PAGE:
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Smart Balance Sustainability Report 2012

We believe that sustainability reporting on environmental, social and governance (ESG) business practices makes a company more responsive to the global business environment, an environment with finite natural resources, evolving legislation, and increasing public expectations of corporate behavior. Reporting also helps companies better integrate and gain strategic value from their existing corporate social responsibility efforts, improve company-wide communications, and publicize innovative practices. 
Increasingly, companies are identifying sustainability factors relevant to their business and addressing them strategically through sustainability programs and reports. According to a 2011 KPMG report (Corporate Sustainability: A Progress Report), 62% of companies surveyed (378 global companies) have sustainability strategies in place. According to the Global Reporting Initiative (GRI), in 2010, 1,863 organizations prepared sustainability reports, a 23 percent increase from the year prior. 
Evidence linking sustainability consideration and value creation is now being seen. An October, 2010 report from Thomson Reuters (ESG and Earnings Performance) concluded that, “U.S. companies with stronger ESG scores consistently beat earnings estimates more frequently than those with lower scores.” A July 2011 white paper by RCM (Sustainability: opportunity or opportunity cost) opined that, “investors could have added 1.6 percent a year over just less than five years to their investment returns by allocating to portfolios that invest in companies with above-average ESG ratings.” And according to an October 4, 2011 report from Goldman Sachs (Why ESG matters), “Firms with leading ESG scores tend to generate higher and more durable returns on capital than sector peers.”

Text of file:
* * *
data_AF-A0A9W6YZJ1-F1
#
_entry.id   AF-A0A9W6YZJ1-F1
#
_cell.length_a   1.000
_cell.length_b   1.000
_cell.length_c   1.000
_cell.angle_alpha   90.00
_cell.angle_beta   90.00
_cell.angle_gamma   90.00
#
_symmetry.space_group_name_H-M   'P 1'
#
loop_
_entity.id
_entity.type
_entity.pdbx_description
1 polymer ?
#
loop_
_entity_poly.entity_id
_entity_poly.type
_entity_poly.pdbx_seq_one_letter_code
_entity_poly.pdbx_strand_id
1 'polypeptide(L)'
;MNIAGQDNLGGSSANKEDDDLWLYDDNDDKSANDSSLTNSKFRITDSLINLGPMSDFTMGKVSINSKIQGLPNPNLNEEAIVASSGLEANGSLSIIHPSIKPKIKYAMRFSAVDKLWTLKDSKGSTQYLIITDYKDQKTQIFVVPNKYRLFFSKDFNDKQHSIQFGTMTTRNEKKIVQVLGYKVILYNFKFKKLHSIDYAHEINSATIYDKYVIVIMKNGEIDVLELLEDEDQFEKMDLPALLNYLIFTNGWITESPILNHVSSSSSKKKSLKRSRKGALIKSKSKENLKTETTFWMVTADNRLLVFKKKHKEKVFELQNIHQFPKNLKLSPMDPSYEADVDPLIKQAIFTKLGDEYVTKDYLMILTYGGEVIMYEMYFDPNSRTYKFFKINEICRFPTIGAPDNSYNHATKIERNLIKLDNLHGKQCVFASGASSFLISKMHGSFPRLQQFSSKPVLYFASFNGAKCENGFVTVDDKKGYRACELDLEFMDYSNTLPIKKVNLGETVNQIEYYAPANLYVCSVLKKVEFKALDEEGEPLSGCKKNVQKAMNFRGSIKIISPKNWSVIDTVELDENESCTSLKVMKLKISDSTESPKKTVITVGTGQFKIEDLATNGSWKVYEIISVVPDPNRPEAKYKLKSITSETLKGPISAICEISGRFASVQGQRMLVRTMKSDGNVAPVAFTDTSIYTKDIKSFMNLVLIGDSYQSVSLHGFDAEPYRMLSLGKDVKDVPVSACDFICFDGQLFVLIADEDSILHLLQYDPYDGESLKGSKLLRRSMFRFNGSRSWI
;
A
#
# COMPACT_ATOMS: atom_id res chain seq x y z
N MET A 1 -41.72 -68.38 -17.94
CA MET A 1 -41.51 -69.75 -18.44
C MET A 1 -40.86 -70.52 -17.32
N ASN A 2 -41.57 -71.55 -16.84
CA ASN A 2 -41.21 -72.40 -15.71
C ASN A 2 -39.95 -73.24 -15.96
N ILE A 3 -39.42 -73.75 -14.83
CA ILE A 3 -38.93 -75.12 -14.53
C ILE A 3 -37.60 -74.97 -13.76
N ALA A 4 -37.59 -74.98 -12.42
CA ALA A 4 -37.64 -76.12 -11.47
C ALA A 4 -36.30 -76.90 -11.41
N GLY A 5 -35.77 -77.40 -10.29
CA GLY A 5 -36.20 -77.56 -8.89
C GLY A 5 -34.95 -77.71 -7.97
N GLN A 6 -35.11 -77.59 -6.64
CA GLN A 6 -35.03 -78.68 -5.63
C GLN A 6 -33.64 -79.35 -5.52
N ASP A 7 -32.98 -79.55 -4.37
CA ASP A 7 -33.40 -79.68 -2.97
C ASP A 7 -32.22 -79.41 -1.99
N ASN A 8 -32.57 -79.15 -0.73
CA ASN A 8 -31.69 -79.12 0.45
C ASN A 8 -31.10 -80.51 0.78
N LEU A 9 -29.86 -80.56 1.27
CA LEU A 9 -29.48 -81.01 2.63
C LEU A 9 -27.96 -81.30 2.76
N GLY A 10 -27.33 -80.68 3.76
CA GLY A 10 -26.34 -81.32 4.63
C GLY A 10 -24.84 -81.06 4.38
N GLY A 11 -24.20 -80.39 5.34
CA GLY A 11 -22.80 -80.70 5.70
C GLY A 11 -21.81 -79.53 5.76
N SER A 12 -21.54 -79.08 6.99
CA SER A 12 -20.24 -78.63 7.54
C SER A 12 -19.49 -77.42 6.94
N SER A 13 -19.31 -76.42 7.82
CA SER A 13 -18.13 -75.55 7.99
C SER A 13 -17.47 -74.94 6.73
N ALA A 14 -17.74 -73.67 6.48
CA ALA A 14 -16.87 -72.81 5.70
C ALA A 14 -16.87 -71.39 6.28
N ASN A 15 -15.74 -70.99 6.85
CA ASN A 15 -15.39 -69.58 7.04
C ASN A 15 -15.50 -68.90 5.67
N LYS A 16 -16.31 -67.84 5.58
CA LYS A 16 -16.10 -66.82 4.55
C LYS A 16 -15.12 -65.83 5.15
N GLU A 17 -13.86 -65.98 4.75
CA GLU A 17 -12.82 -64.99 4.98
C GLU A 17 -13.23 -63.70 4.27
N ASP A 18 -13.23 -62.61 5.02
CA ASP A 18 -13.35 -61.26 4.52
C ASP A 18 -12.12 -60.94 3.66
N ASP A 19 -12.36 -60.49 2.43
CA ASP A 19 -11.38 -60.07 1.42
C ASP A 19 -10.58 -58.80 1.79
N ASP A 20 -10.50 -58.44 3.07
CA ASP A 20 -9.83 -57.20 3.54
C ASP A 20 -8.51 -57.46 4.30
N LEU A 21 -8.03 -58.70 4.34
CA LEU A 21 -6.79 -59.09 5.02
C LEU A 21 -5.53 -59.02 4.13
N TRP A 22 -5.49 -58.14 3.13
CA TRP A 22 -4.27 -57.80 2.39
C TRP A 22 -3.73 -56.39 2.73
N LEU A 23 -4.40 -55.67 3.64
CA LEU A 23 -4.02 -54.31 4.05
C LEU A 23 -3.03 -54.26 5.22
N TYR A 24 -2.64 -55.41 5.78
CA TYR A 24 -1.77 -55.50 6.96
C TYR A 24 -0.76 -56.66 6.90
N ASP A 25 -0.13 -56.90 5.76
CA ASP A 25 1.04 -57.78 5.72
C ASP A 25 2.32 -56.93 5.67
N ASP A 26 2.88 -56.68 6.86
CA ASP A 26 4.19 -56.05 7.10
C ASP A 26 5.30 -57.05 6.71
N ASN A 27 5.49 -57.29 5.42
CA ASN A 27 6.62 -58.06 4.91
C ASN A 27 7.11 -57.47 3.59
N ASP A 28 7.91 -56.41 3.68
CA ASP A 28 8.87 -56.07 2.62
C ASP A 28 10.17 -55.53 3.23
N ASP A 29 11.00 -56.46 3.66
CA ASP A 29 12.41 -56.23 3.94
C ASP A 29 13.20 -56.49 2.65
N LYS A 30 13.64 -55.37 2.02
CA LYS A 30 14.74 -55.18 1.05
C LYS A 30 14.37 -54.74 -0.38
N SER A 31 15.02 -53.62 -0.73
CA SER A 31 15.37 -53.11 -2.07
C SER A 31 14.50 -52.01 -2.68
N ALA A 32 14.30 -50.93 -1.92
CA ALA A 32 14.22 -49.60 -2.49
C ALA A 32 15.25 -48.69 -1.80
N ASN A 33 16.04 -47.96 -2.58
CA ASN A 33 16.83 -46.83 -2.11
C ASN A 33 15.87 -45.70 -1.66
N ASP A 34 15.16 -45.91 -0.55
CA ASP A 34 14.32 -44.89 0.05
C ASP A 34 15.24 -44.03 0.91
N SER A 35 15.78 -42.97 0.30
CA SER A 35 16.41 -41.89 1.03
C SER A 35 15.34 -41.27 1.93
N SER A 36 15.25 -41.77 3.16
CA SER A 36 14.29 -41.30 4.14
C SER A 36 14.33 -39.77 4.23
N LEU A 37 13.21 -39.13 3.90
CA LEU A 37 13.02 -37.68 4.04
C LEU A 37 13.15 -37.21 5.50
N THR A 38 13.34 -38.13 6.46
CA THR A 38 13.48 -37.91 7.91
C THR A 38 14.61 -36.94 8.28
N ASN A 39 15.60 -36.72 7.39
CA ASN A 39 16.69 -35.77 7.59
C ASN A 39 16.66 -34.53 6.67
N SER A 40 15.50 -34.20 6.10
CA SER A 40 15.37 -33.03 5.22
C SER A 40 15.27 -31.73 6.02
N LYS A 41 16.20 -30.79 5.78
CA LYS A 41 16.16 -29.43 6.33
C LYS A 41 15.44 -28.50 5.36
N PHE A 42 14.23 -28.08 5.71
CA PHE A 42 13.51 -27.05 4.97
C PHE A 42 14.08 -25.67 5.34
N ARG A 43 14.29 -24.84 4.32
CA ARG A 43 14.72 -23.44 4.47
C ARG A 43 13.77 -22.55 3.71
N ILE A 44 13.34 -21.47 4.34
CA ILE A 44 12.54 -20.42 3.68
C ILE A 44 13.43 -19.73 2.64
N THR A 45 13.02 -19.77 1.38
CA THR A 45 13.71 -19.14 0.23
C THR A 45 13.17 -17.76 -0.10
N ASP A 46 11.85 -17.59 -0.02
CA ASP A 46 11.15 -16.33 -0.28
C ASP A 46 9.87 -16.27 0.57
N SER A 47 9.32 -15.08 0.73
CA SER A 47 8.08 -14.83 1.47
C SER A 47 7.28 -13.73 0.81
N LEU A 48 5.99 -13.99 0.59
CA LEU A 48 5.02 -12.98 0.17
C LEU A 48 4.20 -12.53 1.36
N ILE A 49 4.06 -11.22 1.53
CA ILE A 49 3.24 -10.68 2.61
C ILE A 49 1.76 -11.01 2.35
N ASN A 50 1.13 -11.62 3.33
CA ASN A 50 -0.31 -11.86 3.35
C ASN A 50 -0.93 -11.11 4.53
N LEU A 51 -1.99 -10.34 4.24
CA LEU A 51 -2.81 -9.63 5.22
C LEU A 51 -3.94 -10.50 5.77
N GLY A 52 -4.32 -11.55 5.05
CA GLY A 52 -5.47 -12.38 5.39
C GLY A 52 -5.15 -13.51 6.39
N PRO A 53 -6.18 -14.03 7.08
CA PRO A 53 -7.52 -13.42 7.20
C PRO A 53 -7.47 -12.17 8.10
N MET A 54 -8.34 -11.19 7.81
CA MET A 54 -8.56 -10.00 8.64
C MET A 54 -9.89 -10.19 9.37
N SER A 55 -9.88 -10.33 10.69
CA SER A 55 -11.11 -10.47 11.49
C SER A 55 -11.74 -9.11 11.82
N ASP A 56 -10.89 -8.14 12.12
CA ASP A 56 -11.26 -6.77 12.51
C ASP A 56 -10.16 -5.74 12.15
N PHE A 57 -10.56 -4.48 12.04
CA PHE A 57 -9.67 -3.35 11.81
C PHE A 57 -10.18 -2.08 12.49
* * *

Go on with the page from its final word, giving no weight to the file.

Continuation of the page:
According to Smart Balance’s 2010 annual report, the Company acknowledges that it faces a variety of ESG-related risks that could materially affect its financial condition and operating results, including regulatory, labor, supply chain, environmental, and reputational risk. For example, on page 16 of this report, it states, “Decreased agricultural productivity in certain regions as a result of changing weather patterns could limit availability or increase the cost of key agricultural commodities. We are a large user of palm oil and could be affected by sustainability issues related to rain forests and the impact this would have on palm oil production.” 
Smart Balance has not provided adequate disclosure, whether in public filings, on its website, or through a report, that discusses the Company’s response to ESG-related issues. Without this disclosure, shareholders, investors and analysts cannot ascertain whether Smart Balance is properly managing its ESG exposure, and this could adversely affect the value of our Company. 
Shareholders request that the Board of Directors issue a sustainability report describing the company’s short- and long-term responses to ESG-related issues. The requested sustainability report should include a company-wide review of the policies, practices, and metrics related to ESG performance. The report should be prepared at reasonable cost, omitting proprietary information, and made available to shareholders by December 31, 2012.